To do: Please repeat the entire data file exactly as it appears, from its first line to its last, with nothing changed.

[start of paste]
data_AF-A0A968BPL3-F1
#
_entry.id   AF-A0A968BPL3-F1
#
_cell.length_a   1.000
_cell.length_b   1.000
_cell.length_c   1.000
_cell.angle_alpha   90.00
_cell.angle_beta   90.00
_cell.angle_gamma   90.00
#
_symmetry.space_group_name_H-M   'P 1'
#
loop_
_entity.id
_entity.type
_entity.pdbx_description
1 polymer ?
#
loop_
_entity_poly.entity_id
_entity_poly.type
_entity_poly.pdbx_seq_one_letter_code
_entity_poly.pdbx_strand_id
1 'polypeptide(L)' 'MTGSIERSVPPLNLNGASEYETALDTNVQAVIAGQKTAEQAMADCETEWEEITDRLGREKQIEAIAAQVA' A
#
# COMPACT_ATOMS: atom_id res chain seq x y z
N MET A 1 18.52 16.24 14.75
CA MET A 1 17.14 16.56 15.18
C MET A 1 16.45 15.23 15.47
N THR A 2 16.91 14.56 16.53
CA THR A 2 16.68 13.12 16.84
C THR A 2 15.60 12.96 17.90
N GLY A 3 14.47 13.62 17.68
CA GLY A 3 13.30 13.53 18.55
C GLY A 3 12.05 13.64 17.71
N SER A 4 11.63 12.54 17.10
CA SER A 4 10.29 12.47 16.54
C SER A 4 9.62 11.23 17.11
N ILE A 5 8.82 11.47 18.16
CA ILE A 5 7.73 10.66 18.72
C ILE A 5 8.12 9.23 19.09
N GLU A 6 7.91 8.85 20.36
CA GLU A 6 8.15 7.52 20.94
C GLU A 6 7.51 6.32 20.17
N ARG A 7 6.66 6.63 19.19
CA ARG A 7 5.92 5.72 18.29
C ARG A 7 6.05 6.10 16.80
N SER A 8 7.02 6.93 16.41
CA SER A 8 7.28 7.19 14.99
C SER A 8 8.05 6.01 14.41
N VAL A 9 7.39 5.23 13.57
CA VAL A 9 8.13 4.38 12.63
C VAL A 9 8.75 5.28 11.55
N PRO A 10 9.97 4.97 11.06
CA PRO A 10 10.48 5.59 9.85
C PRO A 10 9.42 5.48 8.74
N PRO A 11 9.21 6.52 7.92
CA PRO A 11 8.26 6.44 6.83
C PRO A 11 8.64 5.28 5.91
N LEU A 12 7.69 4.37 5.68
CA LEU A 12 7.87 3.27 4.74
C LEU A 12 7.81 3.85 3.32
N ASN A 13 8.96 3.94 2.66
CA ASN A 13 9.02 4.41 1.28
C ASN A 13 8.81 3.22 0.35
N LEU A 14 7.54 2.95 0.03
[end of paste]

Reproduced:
data_AF-A0A968BPL3-F1
#
_entry.id   AF-A0A968BPL3-F1
#
_cell.length_a   1.000
_cell.length_b   1.000
_cell.length_c   1.000
_cell.angle_alpha   90.00
_cell.angle_beta   90.00
_cell.angle_gamma   90.00
#
_symmetry.space_group_name_H-M   'P 1'
#
loop_
_entity.id
_entity.type
_entity.pdbx_description
1 polymer ?
#
loop_
_entity_poly.entity_id
_entity_poly.type
_entity_poly.pdbx_seq_one_letter_code
_entity_poly.pdbx_strand_id
1 'polypeptide(L)' 'MTGSIERSVPPLNLNGASEYETALDTNVQAVIAGQKTAEQAMADCETEWEEITDRLGREKQIEAIAAQVA' A
#
# COMPACT_ATOMS: atom_id res chain seq x y z
N MET A 1 18.52 16.24 14.75
CA MET A 1 17.14 16.56 15.18
C MET A 1 16.45 15.23 15.47
N THR A 2 16.91 14.56 16.53
CA THR A 2 16.68 13.12 16.84
C THR A 2 15.60 12.96 17.90
N GLY A 3 14.47 13.62 17.68
CA GLY A 3 13.30 13.53 18.55
C GLY A 3 12.05 13.64 17.71
N SER A 4 11.63 12.54 17.10
CA SER A 4 10.29 12.47 16.54
C SER A 4 9.62 11.23 17.11
N ILE A 5 8.82 11.47 18.16
CA ILE A 5 7.73 10.66 18.72
C ILE A 5 8.12 9.23 19.09
N GLU A 6 7.91 8.85 20.36
CA GLU A 6 8.15 7.52 20.94
C GLU A 6 7.51 6.32 20.17
N ARG A 7 6.66 6.63 19.19
CA ARG A 7 5.92 5.72 18.29
C ARG A 7 6.05 6.10 16.80
N SER A 8 7.02 6.93 16.41
CA SER A 8 7.28 7.19 14.99
C SER A 8 8.05 6.01 14.41
N VAL A 9 7.39 5.23 13.57
CA VAL A 9 8.13 4.38 12.63
C VAL A 9 8.75 5.28 11.55
N PRO A 10 9.97 4.97 11.06
CA PRO A 10 10.48 5.59 9.85
C PRO A 10 9.42 5.48 8.74
N PRO A 11 9.21 6.52 7.92
CA PRO A 11 8.26 6.44 6.83
C PRO A 11 8.64 5.28 5.91
N LEU A 12 7.69 4.37 5.68
CA LEU A 12 7.87 3.27 4.74
C LEU A 12 7.81 3.85 3.32
N ASN A 13 8.96 3.94 2.66
CA ASN A 13 9.02 4.41 1.28
C ASN A 13 8.81 3.22 0.35
N LEU A 14 7.54 2.95 0.03